Whether you’re a few runs away from reaching your ideal body weight or are in the thick of training for your 12th marathon, any little setback can put a real dent in your progress, especially when it’s something as common as the common cold.
This is the moment when you should really ask yourself, “Should you?” instead of “Can you go for a run?” And the answer largely depends on what ails you.
In today’s post, I’ll delve into the subject of running while sick, how to know when you’re good to head out for a run and when it’ time to cave in and take rest.
Let’s get started.
The Above Vs. The Below
There are a lot of factors to consider when planning to keep running while sick. This includes the severity of your illness as well as the intensity of your training.
When deciding whether to go for a run or a nap, use “the neck check,” or, as it is often referred to as the above/below the neck rule.
Sure, it’s not an exact science, but the rule will undoubtedly provide you with a rough idea of when it’s best to keep training and when to rest. It also beats playing the odds.
The Above Symptoms—Okay to go For a Run
Feel free to go running if your symptoms are above the neck. These include:
- Runny nose
- Nasal congestion
- Teary eyes
To err on the side of caution, keep your running intensity light or moderate. Avoid pushing your body too much. This is not the time for pursuing a new personal best.
During this time, it’s okay to skip flu medication and keep going.
The Below Symptoms – Don’t Go For A Run
Experts would advise against keeping up with your training if your symptoms are “below the neck.” Symptoms include:
- Sore throat
- High fever
- Swollen glands
- Extreme Fatigue
- Chronic aches
- Intense cough
- Chest congestion
- Bronchial infection
Make it a rule to skip a run when suffering one or more of these symptoms. Running through severe sickness can only make things worse—and you don’t want that.
How Much Rest?
Again, the answer depends on what ails you, as in the severity of your symptoms. In general, colds often last for a week to ten days, but a serious case of the flu may set you back to up to two to three weeks.
The rule of thumb is to take as many recovery days as needed to go back to normal.
I’d suggest that you wait for a full 24 hours of being symptom-free before doing any hard training, especially after a fever.
For example, if you got sick on a Monday evening, avoid any strenuous activity from Tuesday through Thursday. If you feel almost back to normal on Friday, resume training on Saturday. Remember to listen to your body and adjust all the time.
Just keep in mind that a few rest days won’t affect your conditioning level. It’s always better to skip a few runs than try to push through to only force the symptoms to come back. Don’t put your ego first if you want a speed recovery.
When is it safe to start running again after a cold?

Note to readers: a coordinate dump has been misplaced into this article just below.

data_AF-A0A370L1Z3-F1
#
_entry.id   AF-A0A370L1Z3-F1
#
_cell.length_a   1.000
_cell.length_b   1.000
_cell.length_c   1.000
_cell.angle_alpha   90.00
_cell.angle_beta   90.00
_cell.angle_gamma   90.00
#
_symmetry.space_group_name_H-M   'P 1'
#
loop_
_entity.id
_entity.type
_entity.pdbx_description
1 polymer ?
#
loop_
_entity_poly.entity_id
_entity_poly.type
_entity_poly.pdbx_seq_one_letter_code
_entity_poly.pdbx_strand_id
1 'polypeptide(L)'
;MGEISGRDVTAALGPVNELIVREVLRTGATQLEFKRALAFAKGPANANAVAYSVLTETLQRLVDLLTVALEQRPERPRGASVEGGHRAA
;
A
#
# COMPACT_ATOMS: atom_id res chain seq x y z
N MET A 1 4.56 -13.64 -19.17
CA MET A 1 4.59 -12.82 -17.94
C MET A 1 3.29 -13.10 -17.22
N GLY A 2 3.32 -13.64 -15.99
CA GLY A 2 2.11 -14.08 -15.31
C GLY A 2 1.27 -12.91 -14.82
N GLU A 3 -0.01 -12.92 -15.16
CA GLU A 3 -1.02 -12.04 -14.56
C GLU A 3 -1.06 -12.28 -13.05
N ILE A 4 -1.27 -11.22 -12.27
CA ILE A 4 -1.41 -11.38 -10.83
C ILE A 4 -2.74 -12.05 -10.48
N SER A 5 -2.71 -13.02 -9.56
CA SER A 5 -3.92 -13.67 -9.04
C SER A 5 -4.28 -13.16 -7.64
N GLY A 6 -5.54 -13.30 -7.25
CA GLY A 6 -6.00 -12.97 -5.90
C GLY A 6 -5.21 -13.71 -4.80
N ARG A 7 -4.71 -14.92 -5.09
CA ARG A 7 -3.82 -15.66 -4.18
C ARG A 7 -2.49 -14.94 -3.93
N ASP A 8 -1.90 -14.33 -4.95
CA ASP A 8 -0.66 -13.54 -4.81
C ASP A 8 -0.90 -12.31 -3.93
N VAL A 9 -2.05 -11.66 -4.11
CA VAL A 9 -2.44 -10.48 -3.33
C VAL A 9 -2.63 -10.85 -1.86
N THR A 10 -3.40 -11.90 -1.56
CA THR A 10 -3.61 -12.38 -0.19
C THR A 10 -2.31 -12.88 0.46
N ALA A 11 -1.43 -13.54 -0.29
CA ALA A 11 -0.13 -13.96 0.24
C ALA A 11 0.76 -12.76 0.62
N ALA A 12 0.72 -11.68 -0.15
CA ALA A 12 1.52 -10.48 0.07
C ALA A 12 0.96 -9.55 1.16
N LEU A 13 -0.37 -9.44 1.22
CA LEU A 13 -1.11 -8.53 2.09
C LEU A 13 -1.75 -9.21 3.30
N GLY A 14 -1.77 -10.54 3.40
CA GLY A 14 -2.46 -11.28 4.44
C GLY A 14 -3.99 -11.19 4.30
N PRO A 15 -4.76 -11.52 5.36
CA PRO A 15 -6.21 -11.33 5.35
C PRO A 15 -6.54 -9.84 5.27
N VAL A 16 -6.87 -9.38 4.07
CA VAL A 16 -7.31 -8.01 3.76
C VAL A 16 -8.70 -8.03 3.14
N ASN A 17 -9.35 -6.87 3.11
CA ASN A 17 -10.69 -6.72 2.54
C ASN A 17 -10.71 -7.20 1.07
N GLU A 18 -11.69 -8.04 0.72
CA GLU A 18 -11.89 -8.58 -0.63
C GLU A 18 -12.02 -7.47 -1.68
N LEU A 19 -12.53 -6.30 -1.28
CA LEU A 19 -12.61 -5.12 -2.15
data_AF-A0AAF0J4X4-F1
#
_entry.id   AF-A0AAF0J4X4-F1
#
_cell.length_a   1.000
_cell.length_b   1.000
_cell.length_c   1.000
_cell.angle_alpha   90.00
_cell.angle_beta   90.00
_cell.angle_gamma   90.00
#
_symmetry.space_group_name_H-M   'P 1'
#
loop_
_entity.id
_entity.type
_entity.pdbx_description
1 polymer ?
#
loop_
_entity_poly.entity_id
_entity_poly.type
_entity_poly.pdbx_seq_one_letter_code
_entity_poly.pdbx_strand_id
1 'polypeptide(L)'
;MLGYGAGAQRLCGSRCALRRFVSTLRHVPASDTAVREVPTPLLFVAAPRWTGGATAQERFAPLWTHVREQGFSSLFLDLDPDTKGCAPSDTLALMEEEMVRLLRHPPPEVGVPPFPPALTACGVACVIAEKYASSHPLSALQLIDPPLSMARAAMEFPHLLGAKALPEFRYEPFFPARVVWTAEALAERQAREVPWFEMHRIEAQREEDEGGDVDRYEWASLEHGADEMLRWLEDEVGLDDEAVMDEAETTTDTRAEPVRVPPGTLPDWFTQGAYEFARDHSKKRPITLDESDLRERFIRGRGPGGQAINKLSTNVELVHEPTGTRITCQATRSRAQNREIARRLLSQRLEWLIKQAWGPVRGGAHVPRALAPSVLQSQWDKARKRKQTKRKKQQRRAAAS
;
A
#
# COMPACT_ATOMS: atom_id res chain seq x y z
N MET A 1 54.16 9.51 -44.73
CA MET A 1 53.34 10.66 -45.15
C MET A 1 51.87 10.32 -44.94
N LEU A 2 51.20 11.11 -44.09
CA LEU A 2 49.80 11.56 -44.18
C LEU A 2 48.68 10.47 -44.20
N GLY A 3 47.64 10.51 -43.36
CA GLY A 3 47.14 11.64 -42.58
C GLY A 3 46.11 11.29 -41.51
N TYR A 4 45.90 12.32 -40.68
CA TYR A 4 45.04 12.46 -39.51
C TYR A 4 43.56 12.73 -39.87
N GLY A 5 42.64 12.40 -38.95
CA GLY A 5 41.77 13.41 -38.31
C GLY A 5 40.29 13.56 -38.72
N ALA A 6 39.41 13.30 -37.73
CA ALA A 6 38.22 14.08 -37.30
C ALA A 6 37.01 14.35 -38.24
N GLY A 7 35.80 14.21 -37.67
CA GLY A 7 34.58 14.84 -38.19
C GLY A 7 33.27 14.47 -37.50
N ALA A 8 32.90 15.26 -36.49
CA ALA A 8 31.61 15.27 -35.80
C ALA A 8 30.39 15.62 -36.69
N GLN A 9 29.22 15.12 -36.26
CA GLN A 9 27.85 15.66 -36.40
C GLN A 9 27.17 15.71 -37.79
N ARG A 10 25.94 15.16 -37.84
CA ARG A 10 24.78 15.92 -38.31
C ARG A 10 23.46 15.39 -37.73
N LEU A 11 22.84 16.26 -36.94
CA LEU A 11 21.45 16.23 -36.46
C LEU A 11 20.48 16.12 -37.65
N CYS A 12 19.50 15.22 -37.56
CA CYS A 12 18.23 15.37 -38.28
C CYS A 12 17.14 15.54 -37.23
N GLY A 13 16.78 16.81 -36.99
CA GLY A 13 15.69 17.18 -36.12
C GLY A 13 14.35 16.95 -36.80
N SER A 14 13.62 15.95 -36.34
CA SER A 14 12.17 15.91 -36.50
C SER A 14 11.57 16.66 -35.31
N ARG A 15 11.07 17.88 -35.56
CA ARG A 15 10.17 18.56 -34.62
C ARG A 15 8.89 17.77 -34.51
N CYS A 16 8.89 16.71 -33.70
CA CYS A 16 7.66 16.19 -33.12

As your condition starts to improve, begin to ease back into your regular exercise plan—as long as you’re doing it slowly and gradually. Avoid going all out on the first few runs. Start at no more than 70 percent of your typical intensity, then increase it slowly over the first week or so.
Take as many walk breaks as needed. Listen to your body and pay attention to red flags such as nausea, dizziness, increased heart rate, or excessive (and abnormal) sweating. Ease up if you notice any of these symptoms.
Your immune system is likely compromised following sickness, and your body may not be yet ready to perform at full capacity. If you resume training as if nothing happened, you’ll more than likely end up prolonging your recovery period or even risking a relapse.
Prevent The Cold
While there’s an overnight cure for the cold, there are many measures you can take to help your body recover faster and prevent future flare-ups.
Here are a few simple measures to consider:
- Wash your hands frequently. This helps kill germs that may compromise your immune system.
- Get plenty of sleep. Shoot for at least 7 to 9 hours a night.
- Change out of your running clothes and into a dry outfit immediately following a run.
- Get plenty of Vitamin C into your diet. Key for improving immune function. Also, drink plenty of water. Vitamin can’t work alone without water.
- When running in winter, put a bandana or scarf over your mouth and nose. You should also wear as many layers as needed to stay comfortable.
- Keep up a healthy lifestyle. Eat clean, meditate, avoid stress, and have fun.
- See a doctor for more options.
Now you have a rough idea of when you should keep running when you’re sick. I hate to sound like a broken record, but as I always say, the key to staying injury-free and comfortable while running is to always listen to your body.
I’d love to hear from you in the comments section if you have any comments or questions.
In the meantime, thank you for reading my post.